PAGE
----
Those of us here in this room, and others who experienced September 11th, represent less of a challenge to the designer of a memorial, since we have our own memories to guarantee that we will have a powerful emotional response. The test of a great memorial is not its ability to evoke meaning from those who lived through what is being memorialized, but for those who did not. Shards and pieces of steel, the remnants of the World Trade Center, should be re-erected as a part of a memorial, since it is important to acknowledge the power of ruins – but they are only a part, and I suspect they may be more meaningful to us, with memories of September 11th, than they will be for future generations.
I hope that we build ambitiously, and daringly. If we respond with the conventional, then we have failed to grasp the meaning of this moment, and the depth and resonance of its challenges. By ambitiously and daringly I don’t mean that we need to build spectacular architecture, though I would very much hope that we can. I’m not talking about architecture so much as I am talking about thinking. It is too soon, really, for architectural specifics; this is a fallacy behind so many of the plans we have seen lately, including the ones published, I have to say, in my former newspaper. One of the things that defines social responsibility on the part of the architect is knowing when not to make architecture, when to hold back. I am not sure that a festival of famous architects’ favorite shapes is the most responsible thing for the profession to do. In some ways it looks more like a high-school science fair than a mature response to a problem.
Architects, understandably, have been as full of passion as anybody else about this. But the reality is that we need time, we need to grieve, we need to work out the issues as a society – and, first and foremost, we need to figure out what we want to do with this piece of land. This may seem like a heretical thing for an architecture critic to say, but I am not convinced that you start with architecture. I think you start with a program. There is still no real final program for the World Trade Center site. There was an initial program, the awful program of the Port Authority, which was to put back all the office space and add even more retail space and treat the whole thing like a cash cow into which you add a token memorial. Well, as I said, we know what the public’s response to that was, and I’m glad of it. But we do not yet have a revised program. It is just beginning to be figured out. And I am not sure that figuring out this program is what architects are best suited for. Sometimes, as I said, the way you exercise social responsibility is by knowing what not to do.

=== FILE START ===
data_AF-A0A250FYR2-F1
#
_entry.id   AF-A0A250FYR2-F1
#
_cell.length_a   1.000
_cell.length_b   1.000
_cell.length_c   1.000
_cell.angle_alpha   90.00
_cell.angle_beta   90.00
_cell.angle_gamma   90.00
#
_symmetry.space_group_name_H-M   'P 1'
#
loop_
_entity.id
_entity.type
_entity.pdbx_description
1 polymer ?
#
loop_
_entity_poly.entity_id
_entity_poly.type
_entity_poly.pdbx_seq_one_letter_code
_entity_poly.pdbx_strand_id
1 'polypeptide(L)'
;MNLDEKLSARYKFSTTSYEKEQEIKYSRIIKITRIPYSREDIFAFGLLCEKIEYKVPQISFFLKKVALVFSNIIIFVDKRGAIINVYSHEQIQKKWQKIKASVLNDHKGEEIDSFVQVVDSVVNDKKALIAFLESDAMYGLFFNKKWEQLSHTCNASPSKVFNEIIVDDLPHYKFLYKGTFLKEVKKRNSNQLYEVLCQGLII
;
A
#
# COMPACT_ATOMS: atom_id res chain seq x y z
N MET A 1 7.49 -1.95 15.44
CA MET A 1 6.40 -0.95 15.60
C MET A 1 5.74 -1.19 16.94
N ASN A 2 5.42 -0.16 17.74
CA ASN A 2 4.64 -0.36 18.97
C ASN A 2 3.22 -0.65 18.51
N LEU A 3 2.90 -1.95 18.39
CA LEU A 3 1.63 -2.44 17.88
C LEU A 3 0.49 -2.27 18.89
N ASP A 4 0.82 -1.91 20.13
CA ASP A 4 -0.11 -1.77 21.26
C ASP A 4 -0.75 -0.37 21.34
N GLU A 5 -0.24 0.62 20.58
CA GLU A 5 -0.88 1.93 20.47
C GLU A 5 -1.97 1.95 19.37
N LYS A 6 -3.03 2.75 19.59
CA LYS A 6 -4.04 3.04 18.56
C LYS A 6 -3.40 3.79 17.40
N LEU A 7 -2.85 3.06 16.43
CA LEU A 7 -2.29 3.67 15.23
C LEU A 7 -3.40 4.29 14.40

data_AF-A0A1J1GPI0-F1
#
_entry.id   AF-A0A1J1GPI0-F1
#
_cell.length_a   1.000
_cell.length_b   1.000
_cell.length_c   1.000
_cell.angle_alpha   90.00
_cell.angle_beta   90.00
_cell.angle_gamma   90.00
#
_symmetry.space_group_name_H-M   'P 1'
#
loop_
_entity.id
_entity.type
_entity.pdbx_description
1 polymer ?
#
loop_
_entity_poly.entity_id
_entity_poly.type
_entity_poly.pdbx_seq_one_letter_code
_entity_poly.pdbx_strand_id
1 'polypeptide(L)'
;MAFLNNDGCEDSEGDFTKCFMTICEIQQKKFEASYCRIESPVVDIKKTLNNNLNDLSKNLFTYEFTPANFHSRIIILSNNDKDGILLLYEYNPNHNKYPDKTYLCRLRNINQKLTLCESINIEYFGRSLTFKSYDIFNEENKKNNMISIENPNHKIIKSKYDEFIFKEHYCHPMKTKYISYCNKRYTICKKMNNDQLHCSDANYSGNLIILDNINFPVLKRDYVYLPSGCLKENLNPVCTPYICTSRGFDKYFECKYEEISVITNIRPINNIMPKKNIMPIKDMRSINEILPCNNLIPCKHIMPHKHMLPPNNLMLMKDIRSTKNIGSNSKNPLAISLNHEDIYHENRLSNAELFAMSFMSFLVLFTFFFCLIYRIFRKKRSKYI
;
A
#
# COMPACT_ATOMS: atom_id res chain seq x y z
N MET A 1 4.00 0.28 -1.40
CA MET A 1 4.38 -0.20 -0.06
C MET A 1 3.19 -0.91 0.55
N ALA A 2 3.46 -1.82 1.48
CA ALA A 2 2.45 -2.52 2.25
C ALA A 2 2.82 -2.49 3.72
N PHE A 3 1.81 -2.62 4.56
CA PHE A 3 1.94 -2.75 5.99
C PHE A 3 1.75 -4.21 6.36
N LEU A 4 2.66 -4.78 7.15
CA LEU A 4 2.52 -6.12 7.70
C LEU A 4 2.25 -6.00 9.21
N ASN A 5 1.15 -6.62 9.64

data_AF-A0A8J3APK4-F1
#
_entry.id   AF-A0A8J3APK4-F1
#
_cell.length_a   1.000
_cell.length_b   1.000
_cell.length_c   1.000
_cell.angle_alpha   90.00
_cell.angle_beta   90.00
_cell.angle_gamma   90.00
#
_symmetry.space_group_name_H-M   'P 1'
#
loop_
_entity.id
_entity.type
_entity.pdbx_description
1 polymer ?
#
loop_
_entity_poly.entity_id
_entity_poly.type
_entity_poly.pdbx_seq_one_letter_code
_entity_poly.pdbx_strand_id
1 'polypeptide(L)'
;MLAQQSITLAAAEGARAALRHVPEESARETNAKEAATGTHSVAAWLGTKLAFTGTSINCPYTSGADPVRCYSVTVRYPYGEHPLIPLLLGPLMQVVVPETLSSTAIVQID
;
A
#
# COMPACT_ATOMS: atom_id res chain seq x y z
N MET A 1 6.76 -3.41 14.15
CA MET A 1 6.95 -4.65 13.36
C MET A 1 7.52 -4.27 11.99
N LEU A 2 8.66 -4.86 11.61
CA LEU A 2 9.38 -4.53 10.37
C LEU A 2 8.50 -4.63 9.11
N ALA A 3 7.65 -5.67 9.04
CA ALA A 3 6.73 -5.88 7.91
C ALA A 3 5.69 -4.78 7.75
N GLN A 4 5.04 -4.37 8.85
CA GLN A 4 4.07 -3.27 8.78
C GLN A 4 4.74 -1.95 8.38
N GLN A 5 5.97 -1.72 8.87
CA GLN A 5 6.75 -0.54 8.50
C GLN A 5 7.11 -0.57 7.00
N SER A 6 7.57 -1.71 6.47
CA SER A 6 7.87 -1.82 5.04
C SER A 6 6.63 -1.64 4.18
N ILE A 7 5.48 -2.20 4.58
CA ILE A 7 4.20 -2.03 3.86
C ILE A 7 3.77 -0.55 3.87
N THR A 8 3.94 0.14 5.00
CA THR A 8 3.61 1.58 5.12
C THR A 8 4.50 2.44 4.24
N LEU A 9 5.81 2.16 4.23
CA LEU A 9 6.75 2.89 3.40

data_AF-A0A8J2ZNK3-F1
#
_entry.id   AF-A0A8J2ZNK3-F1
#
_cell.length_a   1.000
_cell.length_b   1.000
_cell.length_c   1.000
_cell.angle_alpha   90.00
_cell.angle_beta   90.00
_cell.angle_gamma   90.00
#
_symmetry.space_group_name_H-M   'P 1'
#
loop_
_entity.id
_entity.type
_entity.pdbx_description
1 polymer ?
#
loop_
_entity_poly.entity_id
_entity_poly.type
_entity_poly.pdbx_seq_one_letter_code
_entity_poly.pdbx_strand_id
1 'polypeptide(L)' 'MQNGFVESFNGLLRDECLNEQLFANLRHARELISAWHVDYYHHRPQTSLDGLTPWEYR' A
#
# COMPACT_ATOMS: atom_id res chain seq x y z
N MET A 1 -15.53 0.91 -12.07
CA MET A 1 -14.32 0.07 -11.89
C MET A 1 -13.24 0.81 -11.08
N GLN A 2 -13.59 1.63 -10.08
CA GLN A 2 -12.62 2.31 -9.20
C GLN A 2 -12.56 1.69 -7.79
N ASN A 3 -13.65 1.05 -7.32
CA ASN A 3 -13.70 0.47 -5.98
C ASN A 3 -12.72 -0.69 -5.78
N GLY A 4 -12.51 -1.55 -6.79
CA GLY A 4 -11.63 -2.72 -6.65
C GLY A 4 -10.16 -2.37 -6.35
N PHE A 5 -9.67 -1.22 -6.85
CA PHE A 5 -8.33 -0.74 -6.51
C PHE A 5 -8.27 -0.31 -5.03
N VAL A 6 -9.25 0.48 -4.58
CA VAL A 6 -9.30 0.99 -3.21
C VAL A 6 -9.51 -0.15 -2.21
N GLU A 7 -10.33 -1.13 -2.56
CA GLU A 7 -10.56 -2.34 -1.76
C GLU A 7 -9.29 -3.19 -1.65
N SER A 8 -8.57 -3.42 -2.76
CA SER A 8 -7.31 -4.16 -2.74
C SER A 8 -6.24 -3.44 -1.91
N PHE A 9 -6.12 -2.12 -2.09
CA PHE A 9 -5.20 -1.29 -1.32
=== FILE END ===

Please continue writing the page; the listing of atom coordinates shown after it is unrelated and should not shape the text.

That does not mean that we do not need to imagine – we do, desperately. It is just that I don’t think that you imagine well with a gun at your head, and I don’t think you imagine well by starting with physical form. If all you have is a hammer, then everything looks like a nail, goes the old adage, and architects lately have been looking like guys with hammers. I would hope that they could wait, and join in the dialogue as citizens, talking about what would be best in terms of program, not starting with buildings.
People are always asking me what I think should happen there, and I do have some thoughts, but they are only the beginning. They focus mainly on the skyline, since on September 11th something was taken away from New York, and from the world, that turns out to have been beloved by all kinds of people, more than most of us may have thought, beloved even by those who did not admire the World Trade Center as a piece of architecture – and that is the entirety of the skyline itself, the skyline as an aesthetic object. Nothing means more than the loss of human life on September 11th. But for many people, particularly those who are lucky enough to have been spared loss in their own families, the destruction of the skyline was itself a painful, even a devastating, thing. We are shaken by the way the skyline has been violated, devastated by its loss, all the more since without the World Trade Center, we do not have the romantic skyline of slender towers that we had before the trade center was built, the great classic skyline of old, but instead, only a kind of boxy blur. We need to restore the sky to lower Manhattan. We need to have a skyline again.